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mimikatz

Contributor(s): Laura Fitzgibbons

Mimikatz is an open source malware program used by hackers and penetration testers to gather credentials on Windows computers. Coded by Benjamin Deply in 2007, mimikatz was originally created to be a proof of concept to learn about Microsoft authentication protocol vulnerabilities. However, mimikatz has since become a popularly downloaded hacking tool.

In order to function completely, mimikatz requires administrator or full system controls. A mimikatz attack uses several techniques to find sensitive information such as plaintext passwords, hash, pin codes, and tickets from the memory of a system. The collected credentials can then be used to access unauthorized information or perform lateral movement attacks.

While mimikatz is generally used as an underground and harmful tool, and spreading malware viruses is illegal in most countries, some professionals may still advertise this as a skill they perform within the commercial hacking industry. This is where companies hire white hat hackers to help them search for weaknesses in their own security systems.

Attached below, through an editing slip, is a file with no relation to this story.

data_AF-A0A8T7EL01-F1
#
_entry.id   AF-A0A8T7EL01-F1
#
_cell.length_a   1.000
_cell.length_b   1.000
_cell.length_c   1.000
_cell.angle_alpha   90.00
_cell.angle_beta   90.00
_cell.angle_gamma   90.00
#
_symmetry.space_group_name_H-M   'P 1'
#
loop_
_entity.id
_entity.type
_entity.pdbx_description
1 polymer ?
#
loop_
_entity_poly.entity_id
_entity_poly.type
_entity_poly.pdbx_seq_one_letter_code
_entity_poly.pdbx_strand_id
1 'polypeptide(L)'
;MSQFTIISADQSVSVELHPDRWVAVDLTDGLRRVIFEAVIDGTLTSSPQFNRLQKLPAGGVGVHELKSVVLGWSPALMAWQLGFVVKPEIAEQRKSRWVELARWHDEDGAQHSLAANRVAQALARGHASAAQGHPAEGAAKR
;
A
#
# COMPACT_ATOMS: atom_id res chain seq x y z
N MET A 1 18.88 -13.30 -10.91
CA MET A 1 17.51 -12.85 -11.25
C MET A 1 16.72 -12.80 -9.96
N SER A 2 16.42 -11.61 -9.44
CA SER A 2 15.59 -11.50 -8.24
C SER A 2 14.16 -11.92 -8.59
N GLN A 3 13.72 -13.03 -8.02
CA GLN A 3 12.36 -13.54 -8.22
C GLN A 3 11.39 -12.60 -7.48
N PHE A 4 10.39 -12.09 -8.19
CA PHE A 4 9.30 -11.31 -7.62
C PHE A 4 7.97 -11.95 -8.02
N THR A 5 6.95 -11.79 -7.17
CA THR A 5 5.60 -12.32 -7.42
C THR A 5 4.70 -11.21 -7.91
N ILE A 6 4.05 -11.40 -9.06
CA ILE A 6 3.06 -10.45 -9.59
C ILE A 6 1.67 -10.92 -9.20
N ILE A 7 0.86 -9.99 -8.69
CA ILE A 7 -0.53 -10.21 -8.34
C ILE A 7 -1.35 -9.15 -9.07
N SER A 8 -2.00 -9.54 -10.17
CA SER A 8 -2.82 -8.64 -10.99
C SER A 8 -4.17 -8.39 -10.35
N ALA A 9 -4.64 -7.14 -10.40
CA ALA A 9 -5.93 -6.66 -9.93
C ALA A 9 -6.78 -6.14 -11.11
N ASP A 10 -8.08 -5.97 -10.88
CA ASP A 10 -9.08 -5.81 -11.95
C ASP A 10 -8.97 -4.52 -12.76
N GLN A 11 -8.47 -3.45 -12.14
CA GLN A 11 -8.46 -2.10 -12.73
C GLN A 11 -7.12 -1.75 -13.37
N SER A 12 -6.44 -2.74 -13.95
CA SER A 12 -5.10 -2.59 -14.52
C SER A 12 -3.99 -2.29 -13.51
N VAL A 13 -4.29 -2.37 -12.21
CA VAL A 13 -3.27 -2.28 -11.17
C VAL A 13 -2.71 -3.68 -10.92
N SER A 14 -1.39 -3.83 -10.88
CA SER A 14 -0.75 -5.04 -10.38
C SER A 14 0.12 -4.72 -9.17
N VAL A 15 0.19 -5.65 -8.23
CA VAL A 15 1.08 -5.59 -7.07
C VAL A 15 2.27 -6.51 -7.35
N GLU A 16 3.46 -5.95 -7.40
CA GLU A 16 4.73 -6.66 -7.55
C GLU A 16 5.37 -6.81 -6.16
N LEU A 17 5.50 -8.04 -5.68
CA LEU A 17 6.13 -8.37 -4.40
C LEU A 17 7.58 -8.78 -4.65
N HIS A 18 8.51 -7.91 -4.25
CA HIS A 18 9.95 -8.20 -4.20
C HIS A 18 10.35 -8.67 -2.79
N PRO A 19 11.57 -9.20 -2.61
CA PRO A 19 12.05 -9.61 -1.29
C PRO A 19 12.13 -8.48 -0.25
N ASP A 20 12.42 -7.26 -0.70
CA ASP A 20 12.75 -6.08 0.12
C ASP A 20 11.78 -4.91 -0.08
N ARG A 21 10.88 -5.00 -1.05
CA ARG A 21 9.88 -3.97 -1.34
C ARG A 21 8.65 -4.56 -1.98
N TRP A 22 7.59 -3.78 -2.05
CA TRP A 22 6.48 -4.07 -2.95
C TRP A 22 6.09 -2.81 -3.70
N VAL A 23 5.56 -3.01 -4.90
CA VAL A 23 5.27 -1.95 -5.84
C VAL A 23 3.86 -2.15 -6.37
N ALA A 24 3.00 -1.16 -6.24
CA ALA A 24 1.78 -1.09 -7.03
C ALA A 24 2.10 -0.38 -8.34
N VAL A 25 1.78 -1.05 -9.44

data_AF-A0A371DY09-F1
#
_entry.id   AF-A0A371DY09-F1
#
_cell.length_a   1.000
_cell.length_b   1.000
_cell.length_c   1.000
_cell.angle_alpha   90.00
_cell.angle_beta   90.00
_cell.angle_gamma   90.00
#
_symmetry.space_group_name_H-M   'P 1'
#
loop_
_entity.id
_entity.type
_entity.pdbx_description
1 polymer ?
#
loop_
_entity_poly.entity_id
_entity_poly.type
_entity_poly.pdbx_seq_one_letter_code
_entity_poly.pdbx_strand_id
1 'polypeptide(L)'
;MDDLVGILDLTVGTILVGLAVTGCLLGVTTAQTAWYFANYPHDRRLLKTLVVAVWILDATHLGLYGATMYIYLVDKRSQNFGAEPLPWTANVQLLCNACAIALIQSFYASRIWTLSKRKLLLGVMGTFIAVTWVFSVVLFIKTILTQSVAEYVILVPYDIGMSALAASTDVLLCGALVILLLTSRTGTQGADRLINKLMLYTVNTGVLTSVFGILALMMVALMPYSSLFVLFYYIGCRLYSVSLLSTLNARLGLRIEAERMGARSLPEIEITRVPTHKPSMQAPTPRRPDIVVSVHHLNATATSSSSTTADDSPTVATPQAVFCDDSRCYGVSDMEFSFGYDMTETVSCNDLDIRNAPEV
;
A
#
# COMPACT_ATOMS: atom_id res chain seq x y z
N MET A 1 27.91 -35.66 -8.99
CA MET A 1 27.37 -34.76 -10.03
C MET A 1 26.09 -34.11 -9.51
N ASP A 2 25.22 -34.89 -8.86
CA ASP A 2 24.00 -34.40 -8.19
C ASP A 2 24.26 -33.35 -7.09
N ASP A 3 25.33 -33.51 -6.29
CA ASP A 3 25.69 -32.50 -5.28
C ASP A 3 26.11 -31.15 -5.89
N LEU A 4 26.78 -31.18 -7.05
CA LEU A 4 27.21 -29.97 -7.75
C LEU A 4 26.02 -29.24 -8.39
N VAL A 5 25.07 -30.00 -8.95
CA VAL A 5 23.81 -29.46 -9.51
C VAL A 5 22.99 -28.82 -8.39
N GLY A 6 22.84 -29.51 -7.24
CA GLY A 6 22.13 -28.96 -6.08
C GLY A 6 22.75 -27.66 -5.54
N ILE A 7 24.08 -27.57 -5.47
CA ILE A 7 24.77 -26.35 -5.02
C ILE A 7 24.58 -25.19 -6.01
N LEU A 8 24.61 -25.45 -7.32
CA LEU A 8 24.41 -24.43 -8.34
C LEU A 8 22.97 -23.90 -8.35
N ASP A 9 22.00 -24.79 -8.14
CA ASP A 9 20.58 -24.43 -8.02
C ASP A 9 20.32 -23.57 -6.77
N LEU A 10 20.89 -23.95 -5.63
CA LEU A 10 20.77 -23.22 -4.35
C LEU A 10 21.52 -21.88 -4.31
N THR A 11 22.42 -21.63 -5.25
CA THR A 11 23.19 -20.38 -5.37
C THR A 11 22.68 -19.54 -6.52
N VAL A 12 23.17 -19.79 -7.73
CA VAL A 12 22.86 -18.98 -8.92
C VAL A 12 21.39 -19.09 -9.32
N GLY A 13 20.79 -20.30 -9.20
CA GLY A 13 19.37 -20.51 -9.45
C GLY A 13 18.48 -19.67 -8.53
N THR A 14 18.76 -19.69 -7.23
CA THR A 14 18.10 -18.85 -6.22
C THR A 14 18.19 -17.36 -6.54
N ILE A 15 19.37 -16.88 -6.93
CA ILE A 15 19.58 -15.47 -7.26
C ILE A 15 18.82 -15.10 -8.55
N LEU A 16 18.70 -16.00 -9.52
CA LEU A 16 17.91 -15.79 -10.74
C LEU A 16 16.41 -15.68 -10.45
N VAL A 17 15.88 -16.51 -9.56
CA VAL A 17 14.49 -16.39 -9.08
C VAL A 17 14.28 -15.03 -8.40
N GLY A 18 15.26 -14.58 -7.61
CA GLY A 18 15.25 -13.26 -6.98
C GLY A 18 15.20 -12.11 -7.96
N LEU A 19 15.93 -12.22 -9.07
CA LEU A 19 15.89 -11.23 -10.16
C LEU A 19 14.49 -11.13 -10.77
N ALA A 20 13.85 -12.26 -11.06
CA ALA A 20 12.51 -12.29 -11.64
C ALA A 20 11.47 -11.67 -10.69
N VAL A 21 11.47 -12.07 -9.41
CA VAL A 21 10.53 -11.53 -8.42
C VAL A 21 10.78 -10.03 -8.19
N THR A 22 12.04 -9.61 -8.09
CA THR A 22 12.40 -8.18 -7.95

There are always new ways to hack a computer using mimikatz, so defenses against it need to be adaptable and updated to stay effective. A mimikatz attack is hard to detect, but it is possible to check whether a machine or account is compromised. It is easier to execute a mimikatz attack in a system with wide access, because it stores several credentials under one access point. For example, a user that runs Windows with a single sign-on (SSO) system.

Common types of mimikatz attacks

  • Clear text password stealing: Passwords are stored on machines in a predictable, unencrypted state, allowing them to be searched within in a database.
  • Pass-the-hash attack: An attack that involves reusing credentials that are stored in a system without actually finding out what they are, but persisting them to an account or part of a system that the attacker would not normally be able to access.
  • Golden ticket attack: A golden ticket attack involves creating a false authentication within Kerberos, an authentication protocol that verifies users and servers before information is exchanged. The false credential, or golden ticket, gives attackers access to complete any number of unauthorized changes to system accounts and groups
This was last updated in January 2019

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